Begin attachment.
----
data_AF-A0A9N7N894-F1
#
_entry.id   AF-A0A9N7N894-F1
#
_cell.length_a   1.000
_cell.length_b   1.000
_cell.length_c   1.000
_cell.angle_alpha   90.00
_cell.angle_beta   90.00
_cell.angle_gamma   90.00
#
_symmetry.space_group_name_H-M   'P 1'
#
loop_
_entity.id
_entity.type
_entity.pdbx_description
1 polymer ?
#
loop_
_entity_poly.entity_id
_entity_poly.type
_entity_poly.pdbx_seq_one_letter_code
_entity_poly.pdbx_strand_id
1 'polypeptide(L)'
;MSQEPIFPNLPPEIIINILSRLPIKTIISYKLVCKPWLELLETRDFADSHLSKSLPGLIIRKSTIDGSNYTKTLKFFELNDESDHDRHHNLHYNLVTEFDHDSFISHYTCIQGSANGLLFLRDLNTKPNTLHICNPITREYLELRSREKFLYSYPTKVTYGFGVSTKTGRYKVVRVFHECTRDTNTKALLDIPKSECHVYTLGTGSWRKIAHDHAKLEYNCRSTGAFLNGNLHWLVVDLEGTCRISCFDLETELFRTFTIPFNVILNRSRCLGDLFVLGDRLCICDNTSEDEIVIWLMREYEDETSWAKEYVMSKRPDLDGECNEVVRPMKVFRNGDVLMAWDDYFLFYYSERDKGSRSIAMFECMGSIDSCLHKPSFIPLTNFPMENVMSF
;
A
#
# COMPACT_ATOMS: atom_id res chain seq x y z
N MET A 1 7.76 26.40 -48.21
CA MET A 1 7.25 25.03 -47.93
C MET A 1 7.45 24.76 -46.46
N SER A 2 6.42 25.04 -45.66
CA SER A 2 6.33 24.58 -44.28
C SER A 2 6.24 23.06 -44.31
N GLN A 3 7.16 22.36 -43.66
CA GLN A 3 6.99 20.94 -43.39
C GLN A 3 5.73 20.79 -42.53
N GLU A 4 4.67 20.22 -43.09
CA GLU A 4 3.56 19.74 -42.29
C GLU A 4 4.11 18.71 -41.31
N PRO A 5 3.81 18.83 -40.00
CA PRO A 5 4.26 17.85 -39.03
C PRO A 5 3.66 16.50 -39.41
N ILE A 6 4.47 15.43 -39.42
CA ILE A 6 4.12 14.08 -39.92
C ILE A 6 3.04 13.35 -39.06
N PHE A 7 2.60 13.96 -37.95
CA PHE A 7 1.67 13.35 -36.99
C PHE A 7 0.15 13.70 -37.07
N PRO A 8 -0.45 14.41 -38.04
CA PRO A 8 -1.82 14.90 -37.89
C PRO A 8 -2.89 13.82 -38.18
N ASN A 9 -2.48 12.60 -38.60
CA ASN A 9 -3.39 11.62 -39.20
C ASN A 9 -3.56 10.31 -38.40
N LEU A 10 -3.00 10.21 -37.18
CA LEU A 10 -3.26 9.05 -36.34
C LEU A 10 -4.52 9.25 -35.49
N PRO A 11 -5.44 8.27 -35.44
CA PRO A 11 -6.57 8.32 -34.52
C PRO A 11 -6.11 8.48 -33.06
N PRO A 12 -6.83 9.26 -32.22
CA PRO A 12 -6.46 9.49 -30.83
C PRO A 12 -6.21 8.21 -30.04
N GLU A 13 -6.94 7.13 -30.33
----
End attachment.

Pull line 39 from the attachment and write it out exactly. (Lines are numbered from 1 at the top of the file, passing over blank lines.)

C GLN A 3 5.73 20.79 -42.53